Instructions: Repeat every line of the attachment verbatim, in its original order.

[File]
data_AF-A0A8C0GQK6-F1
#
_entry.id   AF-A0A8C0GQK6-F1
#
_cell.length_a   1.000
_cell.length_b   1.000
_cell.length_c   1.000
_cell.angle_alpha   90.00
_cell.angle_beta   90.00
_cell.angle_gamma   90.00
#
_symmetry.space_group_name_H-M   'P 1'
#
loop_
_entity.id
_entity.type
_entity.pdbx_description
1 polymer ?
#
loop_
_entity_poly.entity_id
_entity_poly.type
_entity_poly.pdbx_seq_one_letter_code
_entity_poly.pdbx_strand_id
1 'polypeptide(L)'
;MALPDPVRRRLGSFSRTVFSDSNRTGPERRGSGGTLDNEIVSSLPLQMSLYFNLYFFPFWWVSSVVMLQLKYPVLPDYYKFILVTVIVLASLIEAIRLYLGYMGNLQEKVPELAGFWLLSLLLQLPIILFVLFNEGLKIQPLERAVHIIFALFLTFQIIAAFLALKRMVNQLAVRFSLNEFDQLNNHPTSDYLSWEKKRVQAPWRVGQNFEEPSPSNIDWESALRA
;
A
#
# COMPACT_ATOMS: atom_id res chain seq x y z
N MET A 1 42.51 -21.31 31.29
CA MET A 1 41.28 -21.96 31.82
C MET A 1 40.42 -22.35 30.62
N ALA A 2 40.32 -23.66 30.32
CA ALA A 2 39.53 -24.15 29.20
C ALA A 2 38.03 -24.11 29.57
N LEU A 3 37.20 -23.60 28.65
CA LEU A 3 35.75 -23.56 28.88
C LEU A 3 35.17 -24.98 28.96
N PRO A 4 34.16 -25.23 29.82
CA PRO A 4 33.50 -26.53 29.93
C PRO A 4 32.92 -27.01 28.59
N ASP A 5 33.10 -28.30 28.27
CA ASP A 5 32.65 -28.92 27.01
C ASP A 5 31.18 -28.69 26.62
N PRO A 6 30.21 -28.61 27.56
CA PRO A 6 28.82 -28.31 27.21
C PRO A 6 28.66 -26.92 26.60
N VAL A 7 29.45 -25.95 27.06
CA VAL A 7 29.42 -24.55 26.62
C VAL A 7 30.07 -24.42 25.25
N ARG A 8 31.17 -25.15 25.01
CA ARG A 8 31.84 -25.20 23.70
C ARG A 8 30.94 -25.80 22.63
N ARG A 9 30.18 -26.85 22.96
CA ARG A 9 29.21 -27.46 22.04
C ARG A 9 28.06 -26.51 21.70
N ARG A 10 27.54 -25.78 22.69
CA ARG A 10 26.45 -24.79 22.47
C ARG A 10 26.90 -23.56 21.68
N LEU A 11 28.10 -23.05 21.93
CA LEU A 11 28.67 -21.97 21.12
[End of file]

data_AF-A0A8C0GQK6-F1
#
_entry.id   AF-A0A8C0GQK6-F1
#
_cell.length_a   1.000
_cell.length_b   1.000
_cell.length_c   1.000
_cell.angle_alpha   90.00
_cell.angle_beta   90.00
_cell.angle_gamma   90.00
#
_symmetry.space_group_name_H-M   'P 1'
#
loop_
_entity.id
_entity.type
_entity.pdbx_description
1 polymer ?
#
loop_
_entity_poly.entity_id
_entity_poly.type
_entity_poly.pdbx_seq_one_letter_code
_entity_poly.pdbx_strand_id
1 'polypeptide(L)'
;MALPDPVRRRLGSFSRTVFSDSNRTGPERRGSGGTLDNEIVSSLPLQMSLYFNLYFFPFWWVSSVVMLQLKYPVLPDYYKFILVTVIVLASLIEAIRLYLGYMGNLQEKVPELAGFWLLSLLLQLPIILFVLFNEGLKIQPLERAVHIIFALFLTFQIIAAFLALKRMVNQLAVRFSLNEFDQLNNHPTSDYLSWEKKRVQAPWRVGQNFEEPSPSNIDWESALRA
;
A
#
# COMPACT_ATOMS: atom_id res chain seq x y z
N MET A 1 42.51 -21.31 31.29
CA MET A 1 41.28 -21.96 31.82
C MET A 1 40.42 -22.35 30.62
N ALA A 2 40.32 -23.66 30.32
CA ALA A 2 39.53 -24.15 29.20
C ALA A 2 38.03 -24.11 29.57
N LEU A 3 37.20 -23.60 28.65
CA LEU A 3 35.75 -23.56 28.88
C LEU A 3 35.17 -24.98 28.96
N PRO A 4 34.16 -25.23 29.82
CA PRO A 4 33.50 -26.53 29.93
C PRO A 4 32.92 -27.01 28.59
N ASP A 5 33.10 -28.30 28.27
CA ASP A 5 32.65 -28.92 27.01
C ASP A 5 31.18 -28.69 26.62
N PRO A 6 30.21 -28.61 27.56
CA PRO A 6 28.82 -28.31 27.21
C PRO A 6 28.66 -26.92 26.60
N VAL A 7 29.45 -25.95 27.06
CA VAL A 7 29.42 -24.55 26.62
C VAL A 7 30.07 -24.42 25.25
N ARG A 8 31.17 -25.15 25.01
CA ARG A 8 31.84 -25.20 23.70
C ARG A 8 30.94 -25.80 22.63
N ARG A 9 30.18 -26.85 22.96
CA ARG A 9 29.21 -27.46 22.04
C ARG A 9 28.06 -26.51 21.70
N ARG A 10 27.54 -25.78 22.69
CA ARG A 10 26.45 -24.79 22.47
C ARG A 10 26.90 -23.56 21.68
N LEU A 11 28.10 -23.05 21.93
CA LEU A 11 28.67 -21.97 21.12